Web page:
An Introductory Course to Digital Credit
CGAP has been tracking the proliferation of digital credit services over the past two years. It is obvious that there is huge innovation and creativity in this area, but (as should be expected) there are many cases where basic fundamental miscalculations have occurred.
Among a number of lessons learned, we have spoken with providers about the following six early errors made by digital credit pilots and deployments:
Offering credit without a strong remote identification system. When you can’t verify customer identity, offering remote services is difficult, especially at scale.
Poor targeting, where credit offerings attracted a high-risk applicant pool.
Cumbersome loan application processes that meant few people came forward to apply.
Credit scoring models that were too conservative and did not allow credit to be extended to more than a small fraction of applicants.
Poor product design, such as a transfer fee for moving money to/from a mobile money account that quickly made the product unviable.
An excessive focus on credit scoring but the absence of a sound collections strategy.
These are some of the early learnings CGAP aims to help address with An Introduction to Digital Credit, a self-directed, one-day course for practitioners, regulators and others with an interest in digital credit. The course material outlines basic concepts and provides an overview of new, emerging models. It provides tools to help practitioners and regulators better understand how the products work, including design and financial considerations.
The course is divided into five main sections.
An introductory session describes what digital credit is and distinguishes between two key models. One is new products – like M-Shwari – that are direct to individuals. The other is new digital credit services that are delivered via a merchant or value chain aggregator. These two approaches entail quite different risks and business models.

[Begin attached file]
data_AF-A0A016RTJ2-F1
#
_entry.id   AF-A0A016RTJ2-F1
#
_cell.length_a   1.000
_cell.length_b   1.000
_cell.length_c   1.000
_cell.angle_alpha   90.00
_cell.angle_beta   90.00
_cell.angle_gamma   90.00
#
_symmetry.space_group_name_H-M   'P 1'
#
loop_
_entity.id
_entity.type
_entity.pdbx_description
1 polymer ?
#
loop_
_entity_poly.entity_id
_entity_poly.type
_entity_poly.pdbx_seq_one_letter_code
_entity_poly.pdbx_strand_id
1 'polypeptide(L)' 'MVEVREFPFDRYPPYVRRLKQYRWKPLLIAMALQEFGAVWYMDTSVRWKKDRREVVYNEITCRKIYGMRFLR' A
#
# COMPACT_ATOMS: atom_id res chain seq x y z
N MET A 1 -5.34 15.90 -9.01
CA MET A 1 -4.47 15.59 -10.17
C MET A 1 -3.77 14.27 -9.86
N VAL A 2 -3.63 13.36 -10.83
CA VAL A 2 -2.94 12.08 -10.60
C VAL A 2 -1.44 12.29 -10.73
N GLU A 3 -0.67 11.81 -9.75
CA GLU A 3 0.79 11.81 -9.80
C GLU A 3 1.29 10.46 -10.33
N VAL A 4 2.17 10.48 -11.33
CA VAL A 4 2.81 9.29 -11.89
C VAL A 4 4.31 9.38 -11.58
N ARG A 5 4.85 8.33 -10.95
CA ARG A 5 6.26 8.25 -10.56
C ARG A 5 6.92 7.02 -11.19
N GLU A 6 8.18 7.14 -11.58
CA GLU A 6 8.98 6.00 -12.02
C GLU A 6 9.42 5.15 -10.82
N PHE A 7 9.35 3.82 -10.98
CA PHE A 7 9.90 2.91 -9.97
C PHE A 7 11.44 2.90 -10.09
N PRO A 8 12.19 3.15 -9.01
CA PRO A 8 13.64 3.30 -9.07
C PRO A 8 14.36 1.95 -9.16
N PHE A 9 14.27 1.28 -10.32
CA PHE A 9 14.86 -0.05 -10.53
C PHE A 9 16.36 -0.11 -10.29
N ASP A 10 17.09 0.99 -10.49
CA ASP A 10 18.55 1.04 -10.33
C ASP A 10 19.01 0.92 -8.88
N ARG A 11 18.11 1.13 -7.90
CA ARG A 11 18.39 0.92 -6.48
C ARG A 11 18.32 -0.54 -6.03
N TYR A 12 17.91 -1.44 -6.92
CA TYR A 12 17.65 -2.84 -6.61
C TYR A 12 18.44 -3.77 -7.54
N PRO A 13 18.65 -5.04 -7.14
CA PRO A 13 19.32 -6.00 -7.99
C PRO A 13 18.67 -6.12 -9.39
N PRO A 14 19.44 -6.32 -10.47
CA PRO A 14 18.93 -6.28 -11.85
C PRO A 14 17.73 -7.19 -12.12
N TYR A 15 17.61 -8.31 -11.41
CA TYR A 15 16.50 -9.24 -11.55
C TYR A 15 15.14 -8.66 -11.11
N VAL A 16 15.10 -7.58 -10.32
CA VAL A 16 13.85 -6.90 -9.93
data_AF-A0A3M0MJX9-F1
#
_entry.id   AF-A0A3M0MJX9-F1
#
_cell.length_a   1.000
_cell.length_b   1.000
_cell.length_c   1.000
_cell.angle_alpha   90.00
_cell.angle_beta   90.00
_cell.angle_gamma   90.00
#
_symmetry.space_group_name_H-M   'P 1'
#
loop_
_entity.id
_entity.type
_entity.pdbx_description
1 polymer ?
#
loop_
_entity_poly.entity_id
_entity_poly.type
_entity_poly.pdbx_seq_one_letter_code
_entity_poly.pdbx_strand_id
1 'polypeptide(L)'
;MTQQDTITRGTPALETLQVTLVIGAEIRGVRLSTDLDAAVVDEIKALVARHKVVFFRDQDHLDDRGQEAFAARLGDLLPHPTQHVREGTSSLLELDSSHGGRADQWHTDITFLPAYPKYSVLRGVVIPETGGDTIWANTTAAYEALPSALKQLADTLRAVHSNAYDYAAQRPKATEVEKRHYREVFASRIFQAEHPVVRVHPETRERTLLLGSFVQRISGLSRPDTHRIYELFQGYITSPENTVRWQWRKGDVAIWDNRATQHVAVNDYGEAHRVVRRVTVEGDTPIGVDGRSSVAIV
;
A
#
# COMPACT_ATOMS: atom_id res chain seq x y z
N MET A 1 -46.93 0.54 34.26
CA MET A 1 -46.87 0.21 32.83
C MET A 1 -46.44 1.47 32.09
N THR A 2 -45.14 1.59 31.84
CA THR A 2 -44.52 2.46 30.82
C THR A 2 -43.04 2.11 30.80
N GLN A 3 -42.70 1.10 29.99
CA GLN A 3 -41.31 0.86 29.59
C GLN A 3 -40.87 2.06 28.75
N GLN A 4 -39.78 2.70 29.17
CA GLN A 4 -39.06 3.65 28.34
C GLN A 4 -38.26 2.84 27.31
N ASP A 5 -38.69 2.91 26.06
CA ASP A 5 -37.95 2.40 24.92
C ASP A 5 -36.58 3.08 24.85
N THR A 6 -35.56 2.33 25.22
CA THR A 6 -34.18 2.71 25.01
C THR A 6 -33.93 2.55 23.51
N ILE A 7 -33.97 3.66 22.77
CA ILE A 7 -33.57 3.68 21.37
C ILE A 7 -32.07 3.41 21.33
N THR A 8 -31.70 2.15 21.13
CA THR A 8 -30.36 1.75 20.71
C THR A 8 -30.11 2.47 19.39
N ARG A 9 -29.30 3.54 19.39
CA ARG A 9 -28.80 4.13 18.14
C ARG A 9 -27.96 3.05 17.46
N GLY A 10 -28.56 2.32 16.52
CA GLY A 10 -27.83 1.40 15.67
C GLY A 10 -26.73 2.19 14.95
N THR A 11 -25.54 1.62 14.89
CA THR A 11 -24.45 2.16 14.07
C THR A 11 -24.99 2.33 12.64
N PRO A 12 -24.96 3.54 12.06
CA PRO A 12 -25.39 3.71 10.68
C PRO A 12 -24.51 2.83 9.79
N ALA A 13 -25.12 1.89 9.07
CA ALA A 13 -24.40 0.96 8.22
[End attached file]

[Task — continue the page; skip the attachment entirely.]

A second section covers credit scoring and uses of new alternative data, such as mobile phone call records, which are often part of the new innovation in digital credit. For those new to credit scoring, an introductory session describes how scoring is developed, how to tell if scorecards work, and various kinds of data for scorecard building.
A third section covers some of the product and service design considerations. This includes product details such as tenor, loan size and initial pricing. There is some early research findings on consumer protection concepts pioneered by CGAP – a particularly important issue given how fast digital credit can be delivered.
A fourth section covers some of the financial considerations. While digital credit can be extremely low on branch and staff costs, often requiring no physical infrastructure to reach clients, it still incurs other costs. This section details a basic financial model for how digital credit business models can be built and highlights some of the unique financial dynamics. There is an associated financial model in Excel that can help providers begin to model their digital credit products and costs structure.
The final section is on partnerships – most often the biggest source of failure and blockage to experimentation. This concluding section highlights critical roles and provides a basic tool for how interested parties can consider and build out potential partnerships.
Whether you are already operating a digital credit service or are planning to do so, the course aims to provide useful relevant content. It is a starting place to benefit from others who have tested and tried the idea. To access the course content, go directly to the course, An Introduction to Digital Credit, and if you would like a copy of the financial model in Excel, email your request to [email protected].